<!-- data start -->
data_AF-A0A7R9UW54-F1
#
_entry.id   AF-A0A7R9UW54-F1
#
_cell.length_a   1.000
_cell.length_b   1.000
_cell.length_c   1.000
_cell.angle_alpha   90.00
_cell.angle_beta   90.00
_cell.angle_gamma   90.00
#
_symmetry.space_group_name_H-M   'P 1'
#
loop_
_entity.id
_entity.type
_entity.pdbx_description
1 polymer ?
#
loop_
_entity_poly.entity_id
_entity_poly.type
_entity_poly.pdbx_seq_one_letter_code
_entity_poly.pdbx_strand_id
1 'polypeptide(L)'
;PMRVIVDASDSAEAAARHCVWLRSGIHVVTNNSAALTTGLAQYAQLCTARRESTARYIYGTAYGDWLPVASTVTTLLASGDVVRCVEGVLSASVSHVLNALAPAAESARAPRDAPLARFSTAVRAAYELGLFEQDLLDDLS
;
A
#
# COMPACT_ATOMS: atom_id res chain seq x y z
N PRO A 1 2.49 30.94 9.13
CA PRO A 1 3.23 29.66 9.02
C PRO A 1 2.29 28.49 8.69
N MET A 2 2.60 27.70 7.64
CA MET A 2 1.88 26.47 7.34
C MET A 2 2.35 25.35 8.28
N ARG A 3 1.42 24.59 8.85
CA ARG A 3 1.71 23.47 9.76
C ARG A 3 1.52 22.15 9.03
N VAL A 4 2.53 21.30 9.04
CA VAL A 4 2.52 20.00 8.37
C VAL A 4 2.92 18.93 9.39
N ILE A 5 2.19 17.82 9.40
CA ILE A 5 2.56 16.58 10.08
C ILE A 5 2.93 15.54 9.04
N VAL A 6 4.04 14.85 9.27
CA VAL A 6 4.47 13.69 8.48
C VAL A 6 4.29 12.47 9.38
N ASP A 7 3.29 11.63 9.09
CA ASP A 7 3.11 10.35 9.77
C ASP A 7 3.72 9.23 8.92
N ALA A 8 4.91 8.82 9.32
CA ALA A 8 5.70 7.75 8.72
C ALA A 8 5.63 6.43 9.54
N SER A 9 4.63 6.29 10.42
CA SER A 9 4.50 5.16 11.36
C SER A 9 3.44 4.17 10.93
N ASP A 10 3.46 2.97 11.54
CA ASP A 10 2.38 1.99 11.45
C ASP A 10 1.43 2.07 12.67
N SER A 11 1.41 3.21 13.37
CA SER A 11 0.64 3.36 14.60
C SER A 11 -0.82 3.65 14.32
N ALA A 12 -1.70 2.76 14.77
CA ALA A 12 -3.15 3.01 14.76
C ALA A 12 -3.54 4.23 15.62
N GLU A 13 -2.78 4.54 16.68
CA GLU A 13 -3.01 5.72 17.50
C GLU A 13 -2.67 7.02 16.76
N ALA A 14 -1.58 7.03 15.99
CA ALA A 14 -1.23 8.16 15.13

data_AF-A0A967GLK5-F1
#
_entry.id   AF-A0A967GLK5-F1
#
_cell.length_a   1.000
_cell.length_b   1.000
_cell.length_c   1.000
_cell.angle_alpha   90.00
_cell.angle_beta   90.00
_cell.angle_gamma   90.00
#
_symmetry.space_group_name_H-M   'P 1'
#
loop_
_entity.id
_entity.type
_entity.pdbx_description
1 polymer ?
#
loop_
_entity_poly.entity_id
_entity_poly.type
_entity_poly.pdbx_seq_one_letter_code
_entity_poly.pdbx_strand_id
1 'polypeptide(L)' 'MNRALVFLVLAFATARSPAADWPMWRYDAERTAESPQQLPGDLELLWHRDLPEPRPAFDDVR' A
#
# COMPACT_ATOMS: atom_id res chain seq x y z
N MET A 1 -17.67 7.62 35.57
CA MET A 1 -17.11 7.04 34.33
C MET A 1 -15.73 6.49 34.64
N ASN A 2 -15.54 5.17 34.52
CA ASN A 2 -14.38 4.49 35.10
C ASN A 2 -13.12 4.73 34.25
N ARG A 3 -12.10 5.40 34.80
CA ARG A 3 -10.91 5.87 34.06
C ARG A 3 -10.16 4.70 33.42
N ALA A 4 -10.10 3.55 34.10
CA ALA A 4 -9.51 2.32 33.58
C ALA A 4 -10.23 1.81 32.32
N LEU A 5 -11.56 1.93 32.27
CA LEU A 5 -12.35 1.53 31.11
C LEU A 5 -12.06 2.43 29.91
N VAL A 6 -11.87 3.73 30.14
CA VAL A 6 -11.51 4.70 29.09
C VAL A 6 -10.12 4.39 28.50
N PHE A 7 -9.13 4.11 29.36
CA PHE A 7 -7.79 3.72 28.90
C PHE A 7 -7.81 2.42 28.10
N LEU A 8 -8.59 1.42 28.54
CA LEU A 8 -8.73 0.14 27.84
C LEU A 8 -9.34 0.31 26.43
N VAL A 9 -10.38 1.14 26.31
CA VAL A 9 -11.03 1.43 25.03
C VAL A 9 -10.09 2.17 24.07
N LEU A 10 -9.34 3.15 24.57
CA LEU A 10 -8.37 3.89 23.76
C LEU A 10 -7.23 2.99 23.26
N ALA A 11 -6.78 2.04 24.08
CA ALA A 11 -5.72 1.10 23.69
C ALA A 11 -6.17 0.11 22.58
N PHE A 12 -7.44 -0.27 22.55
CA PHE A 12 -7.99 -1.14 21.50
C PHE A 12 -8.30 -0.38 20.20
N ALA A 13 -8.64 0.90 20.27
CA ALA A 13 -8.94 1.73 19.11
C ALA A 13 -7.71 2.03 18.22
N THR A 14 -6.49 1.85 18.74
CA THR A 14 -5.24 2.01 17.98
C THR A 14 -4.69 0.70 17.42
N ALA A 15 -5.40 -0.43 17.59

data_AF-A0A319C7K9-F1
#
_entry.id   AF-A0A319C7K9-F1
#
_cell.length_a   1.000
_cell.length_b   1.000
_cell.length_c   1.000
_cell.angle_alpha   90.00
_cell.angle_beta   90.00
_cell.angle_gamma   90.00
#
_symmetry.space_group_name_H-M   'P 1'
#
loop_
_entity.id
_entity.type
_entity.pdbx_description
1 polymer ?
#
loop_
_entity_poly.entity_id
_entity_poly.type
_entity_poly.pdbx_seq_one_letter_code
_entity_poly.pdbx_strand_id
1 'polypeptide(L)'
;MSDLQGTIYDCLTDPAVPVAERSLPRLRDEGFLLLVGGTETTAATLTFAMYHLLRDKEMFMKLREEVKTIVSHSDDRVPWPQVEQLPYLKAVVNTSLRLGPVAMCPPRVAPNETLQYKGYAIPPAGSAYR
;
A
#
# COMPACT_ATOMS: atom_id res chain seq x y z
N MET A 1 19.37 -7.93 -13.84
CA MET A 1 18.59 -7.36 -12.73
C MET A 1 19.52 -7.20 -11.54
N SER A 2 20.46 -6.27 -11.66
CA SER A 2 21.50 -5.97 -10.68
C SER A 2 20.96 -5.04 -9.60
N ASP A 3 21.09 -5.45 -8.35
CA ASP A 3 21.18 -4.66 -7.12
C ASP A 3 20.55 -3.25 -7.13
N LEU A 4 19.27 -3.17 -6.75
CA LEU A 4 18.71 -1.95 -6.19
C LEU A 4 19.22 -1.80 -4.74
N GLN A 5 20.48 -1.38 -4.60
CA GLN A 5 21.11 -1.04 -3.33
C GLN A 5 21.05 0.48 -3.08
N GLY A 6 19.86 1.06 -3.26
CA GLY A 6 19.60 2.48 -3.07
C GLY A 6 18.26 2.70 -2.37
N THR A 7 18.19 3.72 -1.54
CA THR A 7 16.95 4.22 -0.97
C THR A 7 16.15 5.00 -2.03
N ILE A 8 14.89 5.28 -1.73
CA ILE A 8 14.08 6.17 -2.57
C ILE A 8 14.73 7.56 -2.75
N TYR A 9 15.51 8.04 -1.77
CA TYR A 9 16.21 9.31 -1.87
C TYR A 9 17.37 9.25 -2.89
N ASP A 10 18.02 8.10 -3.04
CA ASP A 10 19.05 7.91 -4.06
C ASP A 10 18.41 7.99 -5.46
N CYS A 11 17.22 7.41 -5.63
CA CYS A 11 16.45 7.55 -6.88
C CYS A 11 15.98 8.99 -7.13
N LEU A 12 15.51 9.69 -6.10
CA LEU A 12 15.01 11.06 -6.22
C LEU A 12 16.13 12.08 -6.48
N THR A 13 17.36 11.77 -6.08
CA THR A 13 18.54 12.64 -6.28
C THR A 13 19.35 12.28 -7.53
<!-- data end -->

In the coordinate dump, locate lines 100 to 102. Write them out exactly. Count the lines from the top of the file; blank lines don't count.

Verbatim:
CA MET A 1 -17.11 7.04 34.33
C MET A 1 -15.73 6.49 34.64
N ASN A 2 -15.54 5.17 34.52